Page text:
Faced with his biggest political and public health crises yet, Brazil’s far-right president Jair Bolsonaro has tried to assert his authority by reshuffling the cabinet and switching military chiefs, but the changes have only underlined his ebbing support.

Bolsonaro has come under intense pressure from the political and business elite to abandon his opposition to vaccinations, lockdowns and mask-wearing, as coronavirus deaths climb in a country where inoculations have been slow to gather pace.

Brazil is now reporting more new coronavirus cases than any other country in the world. Its death toll of more than 310,000 is surpassed only by the US, and on Tuesday Covid-19 fatalities hit a new one-day record of 3,780. The country has administered just 17.7m vaccine doses, or 8.4 per 100 people, so far.

After criticism of his virus strategy intensified, Bolsonaro’s first move on Monday was to sacrifice his foreign minister Ernesto Araújo. A close ideological ally, fond of railing against the “narcosocialism” of previous Brazilian governments and in favour of traditional Christian values, Araújo was replaced with a lower-key, more discreet diplomat, Carlos Alberto Franco França.

“Araújo was the pre-eminent exponent of the anti-globalisation, conservative ideology in the government,” said Elena Lazarou, associate fellow at Chatham House. “But increasingly since the election of Joe Biden, that made no sense and was problematic for Brazil’s foreign relations with the US and with China, as well as for global [vaccine] supply chains.”

Deepening the government crisis, the head of the army, General Edson Leal Pujol, and the heads of the navy and air force stepped down on Tuesday after media reports said they had disagreed with Bolsonaro over health policy and the role of the armed forces.

Pujol had angered the president by stressing how successful the military had been in containing coronavirus within its ranks by insisting on strict health measures — a sharp contrast to Bolsonaro’s own opposition to lockdowns.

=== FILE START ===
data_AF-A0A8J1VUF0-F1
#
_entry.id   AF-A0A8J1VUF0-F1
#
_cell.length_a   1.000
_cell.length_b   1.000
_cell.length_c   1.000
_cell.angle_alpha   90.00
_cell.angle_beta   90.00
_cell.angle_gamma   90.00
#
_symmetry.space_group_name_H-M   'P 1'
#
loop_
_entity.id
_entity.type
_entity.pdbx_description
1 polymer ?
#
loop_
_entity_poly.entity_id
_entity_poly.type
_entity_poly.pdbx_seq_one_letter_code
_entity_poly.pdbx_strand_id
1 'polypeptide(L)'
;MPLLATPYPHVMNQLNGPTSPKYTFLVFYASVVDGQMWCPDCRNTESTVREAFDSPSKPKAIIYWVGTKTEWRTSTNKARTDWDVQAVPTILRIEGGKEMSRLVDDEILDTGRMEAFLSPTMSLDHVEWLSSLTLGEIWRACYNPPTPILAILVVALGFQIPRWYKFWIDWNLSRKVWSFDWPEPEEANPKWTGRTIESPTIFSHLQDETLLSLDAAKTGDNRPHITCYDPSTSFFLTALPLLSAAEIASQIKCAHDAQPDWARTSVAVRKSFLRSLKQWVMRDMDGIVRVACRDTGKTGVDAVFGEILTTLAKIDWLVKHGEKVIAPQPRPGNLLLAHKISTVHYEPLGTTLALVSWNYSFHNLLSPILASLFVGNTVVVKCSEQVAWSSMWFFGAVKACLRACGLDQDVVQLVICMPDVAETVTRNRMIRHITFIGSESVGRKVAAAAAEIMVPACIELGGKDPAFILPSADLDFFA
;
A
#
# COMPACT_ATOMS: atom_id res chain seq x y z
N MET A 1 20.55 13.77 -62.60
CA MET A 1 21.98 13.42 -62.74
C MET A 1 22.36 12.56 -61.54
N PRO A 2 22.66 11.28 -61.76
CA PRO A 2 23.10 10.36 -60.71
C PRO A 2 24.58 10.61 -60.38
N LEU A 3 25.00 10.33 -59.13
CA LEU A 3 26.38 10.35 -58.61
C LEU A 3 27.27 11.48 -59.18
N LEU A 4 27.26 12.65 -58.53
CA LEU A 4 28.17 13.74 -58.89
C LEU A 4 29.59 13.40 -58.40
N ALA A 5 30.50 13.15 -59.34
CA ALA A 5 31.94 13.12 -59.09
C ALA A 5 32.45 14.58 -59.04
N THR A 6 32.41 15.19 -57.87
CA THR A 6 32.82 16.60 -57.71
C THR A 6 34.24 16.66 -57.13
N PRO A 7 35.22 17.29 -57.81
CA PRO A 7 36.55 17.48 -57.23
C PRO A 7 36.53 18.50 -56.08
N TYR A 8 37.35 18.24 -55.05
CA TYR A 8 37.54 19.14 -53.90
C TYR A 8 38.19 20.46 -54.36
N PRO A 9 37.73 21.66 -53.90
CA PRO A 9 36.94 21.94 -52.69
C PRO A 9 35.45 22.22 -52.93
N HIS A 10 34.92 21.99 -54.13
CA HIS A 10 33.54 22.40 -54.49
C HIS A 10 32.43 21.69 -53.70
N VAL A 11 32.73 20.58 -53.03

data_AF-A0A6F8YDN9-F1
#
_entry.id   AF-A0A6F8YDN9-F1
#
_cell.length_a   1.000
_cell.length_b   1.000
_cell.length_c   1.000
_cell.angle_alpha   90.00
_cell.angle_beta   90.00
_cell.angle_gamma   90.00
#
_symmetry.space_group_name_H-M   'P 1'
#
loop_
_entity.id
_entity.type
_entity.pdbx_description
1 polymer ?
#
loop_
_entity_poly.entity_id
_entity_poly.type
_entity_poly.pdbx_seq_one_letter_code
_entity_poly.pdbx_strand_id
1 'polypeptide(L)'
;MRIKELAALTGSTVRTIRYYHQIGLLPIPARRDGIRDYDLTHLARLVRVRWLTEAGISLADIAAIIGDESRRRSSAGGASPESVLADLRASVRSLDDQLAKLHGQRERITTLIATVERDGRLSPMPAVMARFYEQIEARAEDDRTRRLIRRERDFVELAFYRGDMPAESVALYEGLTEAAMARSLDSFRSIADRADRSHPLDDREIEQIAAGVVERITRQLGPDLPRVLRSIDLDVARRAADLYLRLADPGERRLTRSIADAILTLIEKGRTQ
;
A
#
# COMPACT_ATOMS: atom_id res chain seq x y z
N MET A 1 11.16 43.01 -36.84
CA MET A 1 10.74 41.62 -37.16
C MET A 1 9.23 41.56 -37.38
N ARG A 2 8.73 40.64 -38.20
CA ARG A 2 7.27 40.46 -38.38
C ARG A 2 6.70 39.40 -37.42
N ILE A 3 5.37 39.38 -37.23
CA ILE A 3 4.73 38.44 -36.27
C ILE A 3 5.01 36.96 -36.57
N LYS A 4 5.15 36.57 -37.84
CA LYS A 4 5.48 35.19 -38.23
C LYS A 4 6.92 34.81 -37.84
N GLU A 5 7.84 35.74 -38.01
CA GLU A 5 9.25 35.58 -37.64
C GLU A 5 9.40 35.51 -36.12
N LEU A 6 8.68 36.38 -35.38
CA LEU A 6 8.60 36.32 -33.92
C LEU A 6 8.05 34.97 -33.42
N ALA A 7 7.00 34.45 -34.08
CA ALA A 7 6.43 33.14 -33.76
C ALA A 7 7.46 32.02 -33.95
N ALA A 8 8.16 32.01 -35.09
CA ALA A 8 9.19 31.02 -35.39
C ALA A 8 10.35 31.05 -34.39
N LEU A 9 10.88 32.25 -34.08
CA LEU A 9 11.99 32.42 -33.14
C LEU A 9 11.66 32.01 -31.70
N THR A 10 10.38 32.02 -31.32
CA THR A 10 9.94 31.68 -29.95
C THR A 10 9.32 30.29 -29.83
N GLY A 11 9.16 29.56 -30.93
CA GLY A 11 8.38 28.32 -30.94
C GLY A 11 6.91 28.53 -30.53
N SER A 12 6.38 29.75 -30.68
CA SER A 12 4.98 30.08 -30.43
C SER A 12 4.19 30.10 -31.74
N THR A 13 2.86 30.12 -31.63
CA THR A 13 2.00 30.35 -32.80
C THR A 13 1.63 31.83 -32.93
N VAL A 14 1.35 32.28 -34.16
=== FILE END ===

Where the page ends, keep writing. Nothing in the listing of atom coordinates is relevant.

A day earlier, Bolsonaro had unexpectedly fired defence minister General Fernando Azevedo e Silva. Previously seen as an ally, the minister departed abruptly amid reports of growing tensions with the president and was replaced by another general, Walter Braga Netto, who had served as Bolsonaro’s chief of staff.

“Bolsonaro is feeling cornered and he wants people around him who are 100 per cent loyal,” said Oliver Stuenkel, associate professor of international relations at the Getúlio Vargas Foundation in São Paulo. “The names [of the replacements] are close to the president — these are all people who will stay with the president until the end.”

Azevedo pointedly wrote in his resignation letter that he had “preserved the armed forces as institutions of the state”, underlining his differences with Bolsonaro. The president, a former army captain who has praised Brazil’s 1964-85 military dictatorship, last year spoke at a demonstration where participants called for a state of emergency and the shutdown of the supreme court.

Bolsonaro has stacked his government with serving and retired military officers, from his vice-president, General Hamilton Mourão, down. His conservative positions on everything from violent crime to homosexuality have gone down well with the active-duty rank and file, but the generals are concerned about the risks of being tarnished by association with an increasingly unpopular government.

“Bolsonaro wanted to make the army into almost a kind of praetorian guard,” said Vinicius de Carvalho, an expert on Brazil’s military at King’s College London. “But the army didn’t want that. They are already very concerned about the damage to their image.”

As he left the government, Azevedo privately assured the head of the supreme court, Luiz Fux, of the military’s continued commitment to respecting democratic institutions, a court source said.

Bolsonaro’s other aim with the reshuffle, analysts said, was to shore up his political support in Congress with an eye on his bid for re-election next year. The key post of secretary of government, which co-ordinates relations between the presidency and the legislature, went to a politician from the “Centrão” bloc, which has backed Bolsonaro in recent months.

Given Bolsonaro’s mercurial temperament and his open disdain for democratic institutions, some analysts are worried about the risks of a Capitol Hill-style showdown after the election in October 2022.

The FGV’s Stuenkel said that if Bolsonaro, a big admirer of Donald Trump, were to lose the election, it was possible that he might try to block a transition of power with the help of the army.

“That’s what I'm most concerned about,” he said. “He’s setting the stage for potential trouble during and after the presidential election next year.”